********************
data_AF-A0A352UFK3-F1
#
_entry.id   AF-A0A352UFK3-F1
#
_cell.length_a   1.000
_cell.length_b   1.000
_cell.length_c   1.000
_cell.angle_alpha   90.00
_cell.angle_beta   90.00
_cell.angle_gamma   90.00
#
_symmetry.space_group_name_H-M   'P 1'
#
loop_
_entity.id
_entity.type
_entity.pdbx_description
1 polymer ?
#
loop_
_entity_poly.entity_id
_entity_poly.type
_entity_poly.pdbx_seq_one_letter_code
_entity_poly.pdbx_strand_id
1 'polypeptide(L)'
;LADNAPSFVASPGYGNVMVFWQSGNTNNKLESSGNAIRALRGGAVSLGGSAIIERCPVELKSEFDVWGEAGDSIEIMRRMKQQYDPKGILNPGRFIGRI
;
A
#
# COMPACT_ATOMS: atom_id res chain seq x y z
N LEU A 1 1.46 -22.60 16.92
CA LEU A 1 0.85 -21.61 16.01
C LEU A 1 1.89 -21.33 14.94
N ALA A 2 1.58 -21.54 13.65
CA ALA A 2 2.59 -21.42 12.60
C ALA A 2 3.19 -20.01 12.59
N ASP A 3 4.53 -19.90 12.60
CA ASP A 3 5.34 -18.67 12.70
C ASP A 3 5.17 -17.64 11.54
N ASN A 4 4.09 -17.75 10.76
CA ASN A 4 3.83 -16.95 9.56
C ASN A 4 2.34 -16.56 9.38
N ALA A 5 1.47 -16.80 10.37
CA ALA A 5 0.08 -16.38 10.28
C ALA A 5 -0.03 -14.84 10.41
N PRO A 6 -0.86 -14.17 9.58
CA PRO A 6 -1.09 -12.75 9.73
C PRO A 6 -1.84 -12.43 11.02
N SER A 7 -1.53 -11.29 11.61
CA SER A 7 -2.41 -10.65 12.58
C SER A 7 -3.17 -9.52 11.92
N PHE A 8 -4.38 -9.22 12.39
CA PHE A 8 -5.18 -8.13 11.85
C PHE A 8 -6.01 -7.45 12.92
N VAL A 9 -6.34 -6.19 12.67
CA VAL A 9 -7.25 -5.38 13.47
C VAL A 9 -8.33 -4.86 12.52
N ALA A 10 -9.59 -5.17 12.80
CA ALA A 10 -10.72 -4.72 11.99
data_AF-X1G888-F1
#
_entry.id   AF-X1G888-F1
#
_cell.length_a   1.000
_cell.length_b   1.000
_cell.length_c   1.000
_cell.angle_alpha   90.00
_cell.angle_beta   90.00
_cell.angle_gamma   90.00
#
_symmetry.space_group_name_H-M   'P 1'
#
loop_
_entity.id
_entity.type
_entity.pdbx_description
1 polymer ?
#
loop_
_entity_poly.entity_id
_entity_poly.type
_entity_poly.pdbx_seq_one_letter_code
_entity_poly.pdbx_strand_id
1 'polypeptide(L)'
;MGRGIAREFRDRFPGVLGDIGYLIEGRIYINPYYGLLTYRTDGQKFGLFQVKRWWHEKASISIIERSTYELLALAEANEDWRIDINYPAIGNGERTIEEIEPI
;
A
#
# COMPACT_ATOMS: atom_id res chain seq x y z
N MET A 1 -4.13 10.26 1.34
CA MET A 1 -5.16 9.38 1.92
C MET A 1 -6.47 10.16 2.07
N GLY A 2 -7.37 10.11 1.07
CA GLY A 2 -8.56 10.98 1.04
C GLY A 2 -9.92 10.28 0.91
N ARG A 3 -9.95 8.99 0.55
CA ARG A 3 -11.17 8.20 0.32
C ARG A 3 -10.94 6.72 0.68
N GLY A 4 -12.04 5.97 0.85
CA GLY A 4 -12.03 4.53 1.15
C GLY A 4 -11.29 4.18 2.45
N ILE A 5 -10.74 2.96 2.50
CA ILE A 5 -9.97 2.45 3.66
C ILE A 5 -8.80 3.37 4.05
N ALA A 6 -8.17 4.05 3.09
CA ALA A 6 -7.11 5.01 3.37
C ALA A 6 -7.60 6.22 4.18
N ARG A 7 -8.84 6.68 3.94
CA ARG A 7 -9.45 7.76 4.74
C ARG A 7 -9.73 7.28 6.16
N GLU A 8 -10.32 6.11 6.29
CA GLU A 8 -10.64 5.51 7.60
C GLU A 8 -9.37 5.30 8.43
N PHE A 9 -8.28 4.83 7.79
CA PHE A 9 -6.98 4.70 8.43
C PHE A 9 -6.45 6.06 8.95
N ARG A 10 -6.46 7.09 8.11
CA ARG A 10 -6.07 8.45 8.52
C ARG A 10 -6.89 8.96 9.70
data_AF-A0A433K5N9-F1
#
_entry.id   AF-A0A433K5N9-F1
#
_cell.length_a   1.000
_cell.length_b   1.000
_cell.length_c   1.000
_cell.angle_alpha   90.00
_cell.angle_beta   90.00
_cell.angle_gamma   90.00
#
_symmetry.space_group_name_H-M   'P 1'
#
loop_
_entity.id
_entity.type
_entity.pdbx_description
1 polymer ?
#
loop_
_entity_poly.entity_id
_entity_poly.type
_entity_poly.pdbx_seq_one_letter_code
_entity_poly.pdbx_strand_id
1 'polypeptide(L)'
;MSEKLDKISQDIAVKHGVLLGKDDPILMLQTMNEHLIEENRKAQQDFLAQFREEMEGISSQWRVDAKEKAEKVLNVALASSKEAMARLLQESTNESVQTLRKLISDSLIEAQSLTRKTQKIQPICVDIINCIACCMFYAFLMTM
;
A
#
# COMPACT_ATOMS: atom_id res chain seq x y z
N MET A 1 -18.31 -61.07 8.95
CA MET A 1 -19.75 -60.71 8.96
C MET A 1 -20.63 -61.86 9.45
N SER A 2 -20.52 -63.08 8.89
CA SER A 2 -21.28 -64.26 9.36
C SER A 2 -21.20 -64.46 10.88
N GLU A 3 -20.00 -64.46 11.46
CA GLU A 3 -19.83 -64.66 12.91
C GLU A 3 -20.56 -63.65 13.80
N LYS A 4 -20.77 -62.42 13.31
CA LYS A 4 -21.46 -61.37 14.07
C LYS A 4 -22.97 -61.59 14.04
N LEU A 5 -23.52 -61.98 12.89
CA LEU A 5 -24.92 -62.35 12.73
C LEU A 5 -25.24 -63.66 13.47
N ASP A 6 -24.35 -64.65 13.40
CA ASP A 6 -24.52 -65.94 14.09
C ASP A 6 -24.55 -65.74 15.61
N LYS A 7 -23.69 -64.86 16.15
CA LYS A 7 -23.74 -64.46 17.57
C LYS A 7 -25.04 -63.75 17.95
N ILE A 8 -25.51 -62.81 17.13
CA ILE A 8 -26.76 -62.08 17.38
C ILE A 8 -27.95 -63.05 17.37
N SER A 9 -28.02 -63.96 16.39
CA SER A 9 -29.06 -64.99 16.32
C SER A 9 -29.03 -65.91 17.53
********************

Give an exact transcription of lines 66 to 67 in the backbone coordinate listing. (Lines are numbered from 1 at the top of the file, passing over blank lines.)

_cell.length_c   1.000
_cell.angle_alpha   90.00